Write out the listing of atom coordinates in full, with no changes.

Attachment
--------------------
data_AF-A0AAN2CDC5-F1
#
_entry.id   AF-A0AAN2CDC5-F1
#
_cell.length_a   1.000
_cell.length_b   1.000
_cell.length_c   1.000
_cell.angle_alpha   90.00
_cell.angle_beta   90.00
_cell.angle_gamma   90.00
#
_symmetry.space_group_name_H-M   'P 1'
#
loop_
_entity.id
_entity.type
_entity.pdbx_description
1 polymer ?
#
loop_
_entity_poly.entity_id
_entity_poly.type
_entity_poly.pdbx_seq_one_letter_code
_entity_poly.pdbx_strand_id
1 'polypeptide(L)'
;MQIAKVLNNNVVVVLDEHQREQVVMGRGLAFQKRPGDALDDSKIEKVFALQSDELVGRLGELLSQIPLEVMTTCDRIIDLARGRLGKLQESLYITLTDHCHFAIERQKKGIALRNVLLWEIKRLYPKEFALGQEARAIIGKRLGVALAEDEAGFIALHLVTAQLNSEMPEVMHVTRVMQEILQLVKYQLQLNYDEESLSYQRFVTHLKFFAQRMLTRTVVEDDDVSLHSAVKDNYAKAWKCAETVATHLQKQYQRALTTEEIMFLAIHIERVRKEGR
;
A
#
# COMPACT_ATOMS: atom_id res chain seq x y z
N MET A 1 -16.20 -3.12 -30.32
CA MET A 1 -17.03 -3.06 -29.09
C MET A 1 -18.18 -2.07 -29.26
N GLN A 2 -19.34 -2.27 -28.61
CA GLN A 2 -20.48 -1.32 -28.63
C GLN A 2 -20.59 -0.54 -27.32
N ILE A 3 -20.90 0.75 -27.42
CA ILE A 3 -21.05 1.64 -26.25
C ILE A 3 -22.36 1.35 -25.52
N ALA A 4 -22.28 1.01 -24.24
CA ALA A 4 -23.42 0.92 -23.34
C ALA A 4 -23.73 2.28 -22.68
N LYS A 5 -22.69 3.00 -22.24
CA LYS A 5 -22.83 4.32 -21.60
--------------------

data_AF-A0AAN2CDC5-F1
#
_entry.id   AF-A0AAN2CDC5-F1
#
_cell.length_a   1.000
_cell.length_b   1.000
_cell.length_c   1.000
_cell.angle_alpha   90.00
_cell.angle_beta   90.00
_cell.angle_gamma   90.00
#
_symmetry.space_group_name_H-M   'P 1'
#
loop_
_entity.id
_entity.type
_entity.pdbx_description
1 polymer ?
#
loop_
_entity_poly.entity_id
_entity_poly.type
_entity_poly.pdbx_seq_one_letter_code
_entity_poly.pdbx_strand_id
1 'polypeptide(L)'
;MQIAKVLNNNVVVVLDEHQREQVVMGRGLAFQKRPGDALDDSKIEKVFALQSDELVGRLGELLSQIPLEVMTTCDRIIDLARGRLGKLQESLYITLTDHCHFAIERQKKGIALRNVLLWEIKRLYPKEFALGQEARAIIGKRLGVALAEDEAGFIALHLVTAQLNSEMPEVMHVTRVMQEILQLVKYQLQLNYDEESLSYQRFVTHLKFFAQRMLTRTVVEDDDVSLHSAVKDNYAKAWKCAETVATHLQKQYQRALTTEEIMFLAIHIERVRKEGR
;
A
#
# COMPACT_ATOMS: atom_id res chain seq x y z
N MET A 1 -16.20 -3.12 -30.32
CA MET A 1 -17.03 -3.06 -29.09
C MET A 1 -18.18 -2.07 -29.26
N GLN A 2 -19.34 -2.27 -28.61
CA GLN A 2 -20.48 -1.32 -28.63
C GLN A 2 -20.59 -0.54 -27.32
N ILE A 3 -20.90 0.75 -27.42
CA ILE A 3 -21.05 1.64 -26.25
C ILE A 3 -22.36 1.35 -25.52
N ALA A 4 -22.28 1.01 -24.24
CA ALA A 4 -23.42 0.92 -23.34
C ALA A 4 -23.73 2.28 -22.68
N LYS A 5 -22.69 3.00 -22.24
CA LYS A 5 -22.83 4.32 -21.60